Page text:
This is in contradiction with the OWASP recommendation around strong input validation and data type enforcing.

Invalid values for enumerated fields implicitly converted to the default value (?)

The InvalidValuesInEnumsFieldsFuzzer will send invalid values in enum fields. It expects a validation error in return. The GitHub API does not seem to reject invalid values, but rather convert them to a default value and respond successfully to the request.

This is in contradiction with the OWASP recommendation around strong input validation and data type enforcing.

Integer fields accepting decimal or large negative or positive values

The DecimalValuesInIntegerFieldsFuzzer expects an error when it sends a decimal value inside an integer field. The GitHub API seems to accept these invalid values in the team_id field without returning any error, but rather resulting in a successful processing of the request. Same applies for ExtremePositiveValueInIntegerFieldsFuzzer and ExtremeNegativeValueIntegerFieldsFuzzer which will send values such as 9223372036854775807 or -9223372036854775808 in the team_id field. Strings also seem to be accepted in the team_id field.

This is in contradiction with the OWASP recommendation around strong input validation and data type enforcing.

Accepts unsupported or dummy Content-Type headers

The GitHub API seems to successfully accept and process requests containing unsupported (according to the OpenAPI contract) Content-Type headers such as: image/gif, multipart/related, etc. or dummy ones such as application/cats.

This is in contradiction with the OWASP recommendation around validation around content types.

Accepts duplicate headers

The GitHub API does not reject requests that contain duplicate headers. The HTTP standard itself allows duplicate headers for specific cases, but allowing duplicate headers might lead to hidden bugs.

Spaces are not trimmed from values

If the request fields are prefixed or trailed with spaces, they are rejected as invalid values. For example sending a Haskell space-prefixed value in the gitignore_template will cause the service to return an error. Although this is inconsistent with the fact that if you trail or prefix the since and before fields with spaces, the values get trimmed successfully and converted to dates. As a common approach I think that services should consistently trim spaces by default (maybe with some business-driven special cases) for all request fields and perform the validation after.

Accepting new fields in the request

The GitHub API seems to allow injection of new json fields inside the requests. The NewFieldsFuzzer adds a new catsField inside a request, but GitHub API accepts it as valid. This is again in contradiction with the OWASP recommendation which suggests rejecting unexpected content.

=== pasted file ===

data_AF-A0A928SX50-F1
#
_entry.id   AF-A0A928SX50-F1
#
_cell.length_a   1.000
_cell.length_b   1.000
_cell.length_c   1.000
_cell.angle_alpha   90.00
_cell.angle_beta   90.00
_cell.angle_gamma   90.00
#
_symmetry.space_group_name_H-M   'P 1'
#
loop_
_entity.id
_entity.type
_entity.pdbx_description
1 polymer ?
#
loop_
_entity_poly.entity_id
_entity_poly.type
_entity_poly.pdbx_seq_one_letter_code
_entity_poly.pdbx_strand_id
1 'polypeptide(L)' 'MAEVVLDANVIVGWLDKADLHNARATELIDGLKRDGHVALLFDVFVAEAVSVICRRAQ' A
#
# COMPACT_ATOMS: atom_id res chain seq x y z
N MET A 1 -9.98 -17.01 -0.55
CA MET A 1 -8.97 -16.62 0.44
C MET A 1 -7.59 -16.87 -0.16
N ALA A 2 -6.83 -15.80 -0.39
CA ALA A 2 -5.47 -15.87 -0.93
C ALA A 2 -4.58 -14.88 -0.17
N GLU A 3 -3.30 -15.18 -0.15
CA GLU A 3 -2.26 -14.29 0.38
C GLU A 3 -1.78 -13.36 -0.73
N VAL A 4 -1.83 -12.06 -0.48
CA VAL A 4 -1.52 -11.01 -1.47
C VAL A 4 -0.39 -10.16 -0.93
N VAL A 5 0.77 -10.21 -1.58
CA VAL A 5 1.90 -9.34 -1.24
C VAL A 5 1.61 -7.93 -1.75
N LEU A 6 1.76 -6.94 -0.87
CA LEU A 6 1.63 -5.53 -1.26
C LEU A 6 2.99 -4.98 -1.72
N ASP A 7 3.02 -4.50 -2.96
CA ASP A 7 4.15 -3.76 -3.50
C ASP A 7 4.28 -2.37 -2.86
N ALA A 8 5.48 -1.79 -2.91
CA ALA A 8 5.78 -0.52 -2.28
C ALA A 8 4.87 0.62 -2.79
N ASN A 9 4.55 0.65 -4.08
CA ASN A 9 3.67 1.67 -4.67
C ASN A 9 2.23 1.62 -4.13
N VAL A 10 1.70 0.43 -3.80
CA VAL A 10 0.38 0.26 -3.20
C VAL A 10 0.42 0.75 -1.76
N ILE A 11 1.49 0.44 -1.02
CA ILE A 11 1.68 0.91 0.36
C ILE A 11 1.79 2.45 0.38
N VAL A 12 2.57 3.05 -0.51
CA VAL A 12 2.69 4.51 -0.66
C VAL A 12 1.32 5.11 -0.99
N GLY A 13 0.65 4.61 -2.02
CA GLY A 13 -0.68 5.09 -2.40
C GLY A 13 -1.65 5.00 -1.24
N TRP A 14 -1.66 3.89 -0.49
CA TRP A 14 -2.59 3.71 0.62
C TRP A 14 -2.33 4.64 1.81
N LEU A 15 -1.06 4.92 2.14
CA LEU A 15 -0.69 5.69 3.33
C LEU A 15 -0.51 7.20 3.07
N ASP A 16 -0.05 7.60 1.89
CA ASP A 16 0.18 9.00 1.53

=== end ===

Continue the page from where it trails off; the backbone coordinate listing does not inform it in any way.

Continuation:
Doesn’t make proper use of enumerated values

There are cases when it makes sense to use enums rather than free text. Some examples are the gitignore_template field or the license_template field, which are rejecting invalid values. They are obviously having a pre-defined list of values, but do not enforce this in any way in the contract. Having them listed as enums will also make it easier to understand what are all supported templates for example.

Fields are not making proper use of the format

There are 2 fields called since and before which seem to actually be a date-time, although in the OpenAPI contract they are only marked as string without any additional format information. In the description of the fields it states that this is actually an ISO date, but it will also be good to leverage the features of OpenAPI and mark them accordingly.

Date-Time Error

Mismatch of validation between front-end driven calls and direct API calls

The homepage field seems to accept any values when doing a direct API call, but when you try to set this from the UI, you will get an error saying that you need to enter a valid URL.

Validation Error from the UI

Having the same level of validation for backend and frontend is another good practice for making sure you don’t end up with inconsistent data.

Additional findings

There are some other failures which might seem debatable or not applicable:

Cleaning Up

Before proceeding, please be careful to not delete your real repos. This is the script I’ve used to delete the repos. Run it incrementally and please check the repos file before deleting.

# get the latest 100 repos (by creation date)
curl -s "https://api.github.com/users/ludovicianul/repos?sort=created&direction=desc&per_page=100" | jq -r '.[].name' >> repos

# Maybe check them a bit before deleting to make sure you won't delete real repos
for URL in `cat repos`; do echo $URL;  curl -X DELETE -H 'Authorization: token PERSONAL_TOKEN' https://api.github.com/repos/ludovicianul/$URL; done

# delete the file
rm repos

#start over until you delete everything

You need to run it several times as it deletes in batches of 100.

Final Conclusions

CATS can be very powerful and can save lots of time while testing APIs. Because it tests every single field within a request, it’s easy to spot inconsistencies or cases when the APIs are not as explicit or as restrictive as it should. Although I only tested a single endpoint from the GitHub API, I suspect most the findings will apply to all the other endpoints.

Why not give it a try for your API?